Peanut Allergy

Peanut allergy is common and often appears in the first years of life. While many children outgrow allergies to other foods such as milk or eggs, most kids don't outgrow peanut allergy as they get older.

An allergic reaction to peanuts can range from a minor irritation to a life-threatening reaction called anaphylaxis. Even people who have only had a mild reaction in the past are at risk of a more serious future reaction.

If your child has a peanut allergy or you're an adult who has had a reaction tell your doctor about it, even if it was minor. Tests can help confirm a peanut allergy, so you can take steps to avoid future and potentially worse reactions.

Peanut Allergy symptoms

An allergic response to peanuts usually occurs within minutes after exposure, and signs and symptoms range from mild stomach or skin reactions to anaphylaxis, a life-threatening reaction that can constrict the airways and block breathing.

Common symptoms
Signs and symptoms of peanut allergy can include:

  • Skin reactions such as hives, redness or swelling
  • Itching or tingling in or around the mouth and throat
  • Digestive problems such as diarrhea, stomach cramps, nausea or vomiting
  • Tightening of the chest
  • Shortness of breath or wheezing
  • Runny or stuffy nose

Peanut allergy is the most common cause of anaphylaxis, a medical emergency that requires treatment with an epinephrine (adrenaline) injector (EpiPen, Twinject) and a trip to the emergency room. Signs and symptoms start soon after consuming peanuts and can include:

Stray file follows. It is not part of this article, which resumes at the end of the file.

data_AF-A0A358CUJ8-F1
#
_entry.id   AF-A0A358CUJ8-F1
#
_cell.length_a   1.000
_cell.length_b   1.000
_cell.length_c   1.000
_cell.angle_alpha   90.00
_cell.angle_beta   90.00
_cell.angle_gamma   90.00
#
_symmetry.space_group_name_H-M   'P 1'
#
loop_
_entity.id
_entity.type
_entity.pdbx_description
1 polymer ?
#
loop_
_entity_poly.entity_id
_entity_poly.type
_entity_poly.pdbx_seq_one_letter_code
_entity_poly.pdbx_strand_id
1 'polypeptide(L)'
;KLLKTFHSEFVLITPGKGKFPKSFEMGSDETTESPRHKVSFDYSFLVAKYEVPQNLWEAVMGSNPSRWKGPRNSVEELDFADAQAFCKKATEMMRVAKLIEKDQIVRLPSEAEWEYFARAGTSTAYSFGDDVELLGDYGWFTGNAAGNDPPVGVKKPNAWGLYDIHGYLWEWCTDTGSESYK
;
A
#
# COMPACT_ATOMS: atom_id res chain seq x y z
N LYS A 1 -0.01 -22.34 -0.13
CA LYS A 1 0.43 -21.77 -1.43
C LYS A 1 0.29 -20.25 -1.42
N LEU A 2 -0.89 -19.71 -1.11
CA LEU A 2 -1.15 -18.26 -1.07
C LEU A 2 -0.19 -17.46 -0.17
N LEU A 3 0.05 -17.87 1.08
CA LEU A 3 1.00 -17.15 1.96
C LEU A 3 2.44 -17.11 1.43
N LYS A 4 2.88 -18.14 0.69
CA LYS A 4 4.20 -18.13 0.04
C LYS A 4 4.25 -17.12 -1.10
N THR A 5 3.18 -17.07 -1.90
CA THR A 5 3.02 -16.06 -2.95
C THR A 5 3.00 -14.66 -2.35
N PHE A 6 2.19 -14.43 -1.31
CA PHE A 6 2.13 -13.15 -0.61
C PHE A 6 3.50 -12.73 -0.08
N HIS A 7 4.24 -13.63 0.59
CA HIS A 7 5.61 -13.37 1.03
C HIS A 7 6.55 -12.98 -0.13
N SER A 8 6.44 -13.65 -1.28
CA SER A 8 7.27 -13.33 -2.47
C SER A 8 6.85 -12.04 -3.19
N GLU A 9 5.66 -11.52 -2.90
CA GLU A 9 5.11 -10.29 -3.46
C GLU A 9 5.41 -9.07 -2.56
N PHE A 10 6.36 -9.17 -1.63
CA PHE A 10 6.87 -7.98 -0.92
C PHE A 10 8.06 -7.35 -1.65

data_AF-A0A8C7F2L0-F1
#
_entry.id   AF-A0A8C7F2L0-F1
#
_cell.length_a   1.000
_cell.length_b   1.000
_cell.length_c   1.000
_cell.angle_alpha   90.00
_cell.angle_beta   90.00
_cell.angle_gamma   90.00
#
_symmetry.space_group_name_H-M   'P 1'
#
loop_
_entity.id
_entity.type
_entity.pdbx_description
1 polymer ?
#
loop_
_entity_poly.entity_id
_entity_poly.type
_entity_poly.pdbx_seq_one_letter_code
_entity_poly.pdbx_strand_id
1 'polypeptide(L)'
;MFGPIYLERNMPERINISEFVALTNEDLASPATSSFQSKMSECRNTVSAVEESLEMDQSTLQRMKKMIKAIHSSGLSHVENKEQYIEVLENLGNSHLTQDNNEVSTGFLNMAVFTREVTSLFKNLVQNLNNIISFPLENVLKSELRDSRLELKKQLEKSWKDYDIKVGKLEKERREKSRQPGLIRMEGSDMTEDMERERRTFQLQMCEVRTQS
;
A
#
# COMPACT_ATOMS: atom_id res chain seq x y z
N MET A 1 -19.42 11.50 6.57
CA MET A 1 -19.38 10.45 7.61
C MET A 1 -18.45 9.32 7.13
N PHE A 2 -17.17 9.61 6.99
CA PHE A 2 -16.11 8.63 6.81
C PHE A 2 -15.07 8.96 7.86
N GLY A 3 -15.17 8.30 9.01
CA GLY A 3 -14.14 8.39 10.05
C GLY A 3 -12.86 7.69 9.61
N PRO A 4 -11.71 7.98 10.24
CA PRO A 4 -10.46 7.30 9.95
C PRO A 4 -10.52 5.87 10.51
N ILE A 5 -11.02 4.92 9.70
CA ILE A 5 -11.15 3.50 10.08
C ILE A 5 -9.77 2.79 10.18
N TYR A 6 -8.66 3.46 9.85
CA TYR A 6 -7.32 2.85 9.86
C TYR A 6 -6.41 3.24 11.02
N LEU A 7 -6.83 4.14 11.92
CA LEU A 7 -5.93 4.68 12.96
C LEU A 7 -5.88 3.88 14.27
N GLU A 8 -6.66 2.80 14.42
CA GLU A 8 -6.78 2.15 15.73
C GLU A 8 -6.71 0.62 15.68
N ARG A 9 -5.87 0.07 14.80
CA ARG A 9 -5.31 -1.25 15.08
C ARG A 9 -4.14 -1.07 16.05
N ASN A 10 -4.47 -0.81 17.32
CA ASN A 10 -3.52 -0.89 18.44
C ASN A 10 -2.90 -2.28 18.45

• Constriction of airways, including a swollen throat that makes it difficult to breathe
  • Shock, with a severe drop in blood pressure
  • Rapid pulse
  • Dizziness, lightheadedness or loss of consciousness

What causes it?

Peanut allergy occurs when your immune system develops allergy-type antibodies to peanut proteins. Your immune system mistakenly identifies the proteins as something harmful. The next time you come in contact with peanuts, these antibodies recognize it and signal your immune system to release chemicals such as histamine into your bloodstream, which leads to the signs and symptoms of an allergic response. Scientists aren't sure why some people become allergic to peanuts and others don't.

Exposure to peanuts can occur in three ways:

  • Direct contact. The most common cause of peanut allergy is eating peanuts or peanut-containing foods. Sometimes direct skin contact with peanuts can trigger an allergic reaction.
  • Cross-contact. This is the unintended introduction of peanuts into a product. It's generally the result of exposure to peanuts during processing or handling of a food product.
  • Inhalation. An allergic reaction may occur if you inhale dust or aerosols containing peanuts, such as that of peanut flour or peanut oil cooking spray.

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